If you stick to the J. P. Martin Trail and forgo a trip to Redoubt 3, just so you know, at the top of the steep hill is a gravel trail that forks off to the right: the Baptist Trace. Just a little farther ahead is Artillery Park, the place where the Continental Army stored its cannon during the Valley Forge encampment. There is a restroom and picnic area here as well. At this point you will have traveled three miles along the trail from the Valley Forge Visitor Center.

Cannon on display at Artillery Park, Valley Forge National Historical Park

Cannon on display at Artillery Park, Valley Forge National Historical Park

Just beyond Artillery Park is the Marquee Monument that marks the spot where George Washington first set up camp when he arrived at Valley Forge on December 19, 1777 (how anyone remembered this or thought to mark it down on a map is beyond me). A marquee is a type of canopy tent, but in Washington’s case, it had sides as well. This is where he stayed until he moved into the Potts House, now known as Washington’s Headquarters, a few days later on December 24th.

Site of the Marquee monument at Valley Forge National Historical Park

Site of the Marquee monument at Valley Forge National Historical Park

The next stop of interest is Varnum’s Quarters, .8 mile from Artillery Park. This is where you will find the side trail to Washington’s Headquarters, .6 mile away. The J. P. Martin Trail comes to a T-intersection between the parking lot and the General von Steuben statue. To get to Washington’s Headquarters, take a left, pass the parking lot, and then cross Valley Forge Park Road—the trail is on the other side. You can take this all the way to the end, where you’ll be on the backside of the Potts property, or turn right on River Road to get to the vehicle parking lot for Washington’s Headquarters. Plan to spend anywhere from 30 minutes to an hour at this stop, depending on if the Potts House and the Valley Forge Railroad Station Museum are open. (Note that I did not make the side trip to Washington’s Headquarters.)

If you don’t care to visit Washington’s Headquarters, take a right at Varnum’s Quarters to start heading back to the Visitor Center. At this point the J. P. Martin Trail follows right along Valley Forge Park Road, which is open to city traffic. A half mile ahead is the last point interest, the Washington Memorial Chapel.

Washington Memorial Chapel at Valley Forge

Washington Memorial Chapel at Valley Forge

It’s about a mile from the church back to the Visitor Center parking lot, and much of the trail heads downhill. The only party pooper is one last steep hill just before the Visitor Center, another 10% grade, but it’s only 150 yards long. If on bike, you won’t benefit from picking up speed on the downhill segment of the hill because the steep uphill segment starts on the other side of County Line Road (which is at the bottom of the hill), so you must stop to make sure no cars are coming before crossing.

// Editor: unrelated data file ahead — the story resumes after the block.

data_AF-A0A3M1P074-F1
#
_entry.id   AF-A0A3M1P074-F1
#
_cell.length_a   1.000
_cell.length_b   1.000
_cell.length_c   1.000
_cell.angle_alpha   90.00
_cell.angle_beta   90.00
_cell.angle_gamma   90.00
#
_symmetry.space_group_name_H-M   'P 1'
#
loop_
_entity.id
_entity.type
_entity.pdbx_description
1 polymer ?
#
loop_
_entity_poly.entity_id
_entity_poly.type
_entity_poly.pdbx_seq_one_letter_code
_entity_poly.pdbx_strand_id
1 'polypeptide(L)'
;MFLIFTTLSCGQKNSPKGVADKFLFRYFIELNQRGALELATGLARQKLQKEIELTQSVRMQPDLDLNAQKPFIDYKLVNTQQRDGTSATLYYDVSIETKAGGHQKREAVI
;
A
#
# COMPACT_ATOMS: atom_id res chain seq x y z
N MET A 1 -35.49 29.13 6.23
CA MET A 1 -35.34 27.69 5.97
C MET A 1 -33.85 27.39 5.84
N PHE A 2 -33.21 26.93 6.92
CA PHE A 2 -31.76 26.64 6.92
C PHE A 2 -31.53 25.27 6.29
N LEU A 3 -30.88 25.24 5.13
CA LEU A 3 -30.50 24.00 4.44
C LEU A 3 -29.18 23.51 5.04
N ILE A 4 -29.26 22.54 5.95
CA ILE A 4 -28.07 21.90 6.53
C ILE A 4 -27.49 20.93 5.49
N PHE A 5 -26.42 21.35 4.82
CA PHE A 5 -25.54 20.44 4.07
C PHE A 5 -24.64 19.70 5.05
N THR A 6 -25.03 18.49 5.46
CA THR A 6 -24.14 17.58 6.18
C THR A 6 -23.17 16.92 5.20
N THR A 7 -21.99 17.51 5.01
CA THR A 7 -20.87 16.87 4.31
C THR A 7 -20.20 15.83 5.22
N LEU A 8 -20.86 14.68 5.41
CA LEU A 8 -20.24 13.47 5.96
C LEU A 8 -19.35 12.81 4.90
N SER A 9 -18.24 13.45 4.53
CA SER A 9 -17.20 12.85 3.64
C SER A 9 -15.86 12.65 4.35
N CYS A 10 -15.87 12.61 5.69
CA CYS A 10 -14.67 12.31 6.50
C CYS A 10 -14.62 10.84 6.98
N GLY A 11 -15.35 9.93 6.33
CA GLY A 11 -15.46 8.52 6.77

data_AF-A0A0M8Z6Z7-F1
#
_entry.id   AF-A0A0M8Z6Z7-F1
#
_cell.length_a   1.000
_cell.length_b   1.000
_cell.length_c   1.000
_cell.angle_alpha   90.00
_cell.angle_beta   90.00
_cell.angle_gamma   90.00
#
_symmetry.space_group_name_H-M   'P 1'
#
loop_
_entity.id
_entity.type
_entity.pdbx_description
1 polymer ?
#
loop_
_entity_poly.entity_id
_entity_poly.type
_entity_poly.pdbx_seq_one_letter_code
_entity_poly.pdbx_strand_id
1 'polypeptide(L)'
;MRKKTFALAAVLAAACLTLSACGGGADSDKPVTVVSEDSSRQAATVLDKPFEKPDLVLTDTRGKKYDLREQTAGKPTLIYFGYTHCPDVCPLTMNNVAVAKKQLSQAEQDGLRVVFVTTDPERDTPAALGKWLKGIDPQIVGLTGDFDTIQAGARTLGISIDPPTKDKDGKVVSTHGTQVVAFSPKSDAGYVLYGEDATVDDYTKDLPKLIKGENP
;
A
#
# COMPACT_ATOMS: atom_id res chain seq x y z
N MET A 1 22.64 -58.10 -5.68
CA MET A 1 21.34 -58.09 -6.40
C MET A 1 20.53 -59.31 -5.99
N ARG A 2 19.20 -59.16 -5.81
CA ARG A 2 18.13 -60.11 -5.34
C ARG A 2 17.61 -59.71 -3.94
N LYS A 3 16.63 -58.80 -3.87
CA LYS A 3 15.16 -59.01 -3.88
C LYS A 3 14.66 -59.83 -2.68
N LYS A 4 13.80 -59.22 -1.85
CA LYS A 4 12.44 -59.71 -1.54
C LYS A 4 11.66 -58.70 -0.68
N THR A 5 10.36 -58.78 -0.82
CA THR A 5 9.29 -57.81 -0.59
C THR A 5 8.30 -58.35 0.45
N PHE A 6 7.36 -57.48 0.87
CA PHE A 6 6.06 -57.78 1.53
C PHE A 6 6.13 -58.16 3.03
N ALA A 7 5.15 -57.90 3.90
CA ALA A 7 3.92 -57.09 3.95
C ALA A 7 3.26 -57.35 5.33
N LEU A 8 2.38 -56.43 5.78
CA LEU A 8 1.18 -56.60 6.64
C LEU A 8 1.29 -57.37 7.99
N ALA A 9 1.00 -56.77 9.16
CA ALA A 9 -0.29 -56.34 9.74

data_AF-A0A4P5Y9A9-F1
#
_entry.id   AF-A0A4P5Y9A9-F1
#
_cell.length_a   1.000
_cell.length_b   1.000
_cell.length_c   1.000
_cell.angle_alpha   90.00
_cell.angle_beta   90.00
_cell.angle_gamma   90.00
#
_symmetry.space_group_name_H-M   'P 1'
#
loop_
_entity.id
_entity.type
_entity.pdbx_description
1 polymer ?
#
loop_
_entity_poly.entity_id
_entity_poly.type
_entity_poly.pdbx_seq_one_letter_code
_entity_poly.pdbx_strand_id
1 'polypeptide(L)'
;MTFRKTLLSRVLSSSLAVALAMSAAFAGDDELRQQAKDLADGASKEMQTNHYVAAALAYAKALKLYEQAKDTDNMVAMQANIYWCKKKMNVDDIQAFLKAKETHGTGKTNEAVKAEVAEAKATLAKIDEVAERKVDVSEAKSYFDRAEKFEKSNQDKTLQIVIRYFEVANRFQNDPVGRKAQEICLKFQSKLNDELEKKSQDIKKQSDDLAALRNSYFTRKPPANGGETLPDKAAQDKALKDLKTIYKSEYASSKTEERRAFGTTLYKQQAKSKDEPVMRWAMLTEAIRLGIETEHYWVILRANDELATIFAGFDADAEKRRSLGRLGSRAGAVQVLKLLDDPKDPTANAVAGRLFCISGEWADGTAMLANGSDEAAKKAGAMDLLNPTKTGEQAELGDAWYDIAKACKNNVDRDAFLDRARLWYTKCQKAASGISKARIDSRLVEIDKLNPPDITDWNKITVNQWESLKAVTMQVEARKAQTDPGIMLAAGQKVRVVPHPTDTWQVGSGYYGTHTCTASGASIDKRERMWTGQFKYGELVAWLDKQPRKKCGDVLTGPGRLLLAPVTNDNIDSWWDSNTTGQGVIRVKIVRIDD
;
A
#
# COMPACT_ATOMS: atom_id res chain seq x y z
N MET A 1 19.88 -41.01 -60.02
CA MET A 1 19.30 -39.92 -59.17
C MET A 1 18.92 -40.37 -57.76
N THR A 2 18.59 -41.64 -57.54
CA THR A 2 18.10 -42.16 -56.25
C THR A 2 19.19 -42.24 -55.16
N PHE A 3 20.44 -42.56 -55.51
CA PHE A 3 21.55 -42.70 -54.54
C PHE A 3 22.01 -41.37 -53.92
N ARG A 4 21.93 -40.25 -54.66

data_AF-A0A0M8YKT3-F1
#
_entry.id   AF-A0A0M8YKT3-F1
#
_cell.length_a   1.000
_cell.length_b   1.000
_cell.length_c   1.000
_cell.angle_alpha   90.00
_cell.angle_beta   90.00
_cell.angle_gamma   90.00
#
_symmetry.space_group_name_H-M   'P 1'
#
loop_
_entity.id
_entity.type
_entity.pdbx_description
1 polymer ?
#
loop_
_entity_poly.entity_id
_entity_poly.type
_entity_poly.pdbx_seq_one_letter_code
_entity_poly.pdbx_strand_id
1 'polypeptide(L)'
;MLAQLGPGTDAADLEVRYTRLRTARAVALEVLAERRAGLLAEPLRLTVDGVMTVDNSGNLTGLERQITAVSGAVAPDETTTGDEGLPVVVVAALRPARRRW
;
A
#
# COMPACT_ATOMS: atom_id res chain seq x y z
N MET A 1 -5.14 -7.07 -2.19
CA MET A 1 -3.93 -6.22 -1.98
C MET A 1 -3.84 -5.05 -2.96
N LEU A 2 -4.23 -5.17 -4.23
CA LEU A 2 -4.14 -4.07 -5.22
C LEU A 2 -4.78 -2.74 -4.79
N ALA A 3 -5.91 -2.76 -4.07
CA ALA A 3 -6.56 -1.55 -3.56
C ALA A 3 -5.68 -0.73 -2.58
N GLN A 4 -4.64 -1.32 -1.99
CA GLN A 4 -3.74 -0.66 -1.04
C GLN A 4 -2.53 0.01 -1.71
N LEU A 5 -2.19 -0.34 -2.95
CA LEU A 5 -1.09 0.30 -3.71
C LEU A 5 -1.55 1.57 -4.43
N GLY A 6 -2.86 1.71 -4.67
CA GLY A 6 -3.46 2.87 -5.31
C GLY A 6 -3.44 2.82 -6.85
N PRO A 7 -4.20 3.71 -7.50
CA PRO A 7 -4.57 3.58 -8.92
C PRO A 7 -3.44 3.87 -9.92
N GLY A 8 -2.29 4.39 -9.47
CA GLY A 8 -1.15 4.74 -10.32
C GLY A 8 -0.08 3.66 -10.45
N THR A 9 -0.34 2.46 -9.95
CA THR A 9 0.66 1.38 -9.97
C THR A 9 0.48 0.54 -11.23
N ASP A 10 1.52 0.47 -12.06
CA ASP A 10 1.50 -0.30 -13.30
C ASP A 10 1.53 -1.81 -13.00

Counting the trip to and from the parking lot, the total distance of my journey on the J. P. Martin Trail is 5.5 miles (I did not take any side trails). The trail itself is 5 miles long, not counting the detour to Washington’s Headquarters. However, the National Park Service trail map states that the J. P. Martin Trail is 8.7 miles long. I have no idea where that figure comes from. Add the Washington’s Headquarters spur trail and it’s only at 5.6 miles. The map shows the trails to Yellow Springs as colored purple, the same as the J. P. Martin Trail, but at the same time it labels them Knox Trail and Yellow Springs Trail, and sign posts on those trails also identify them as such. There’s a side trail near the Visitor Center that leads to the Betzwood Picnic Area, but that can’t account for two more miles of missing trails. All I can figure is that the National Park Service considers the Yellow Springs area trails to be the J. P. Martin Trail despite these trails being identified by signage to the contrary.

Valley Forge National Historical Park Trail Map (click to enlarge)

Valley Forge National Historical Park Trail Map (click to enlarge)

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Last updated on August 5, 2022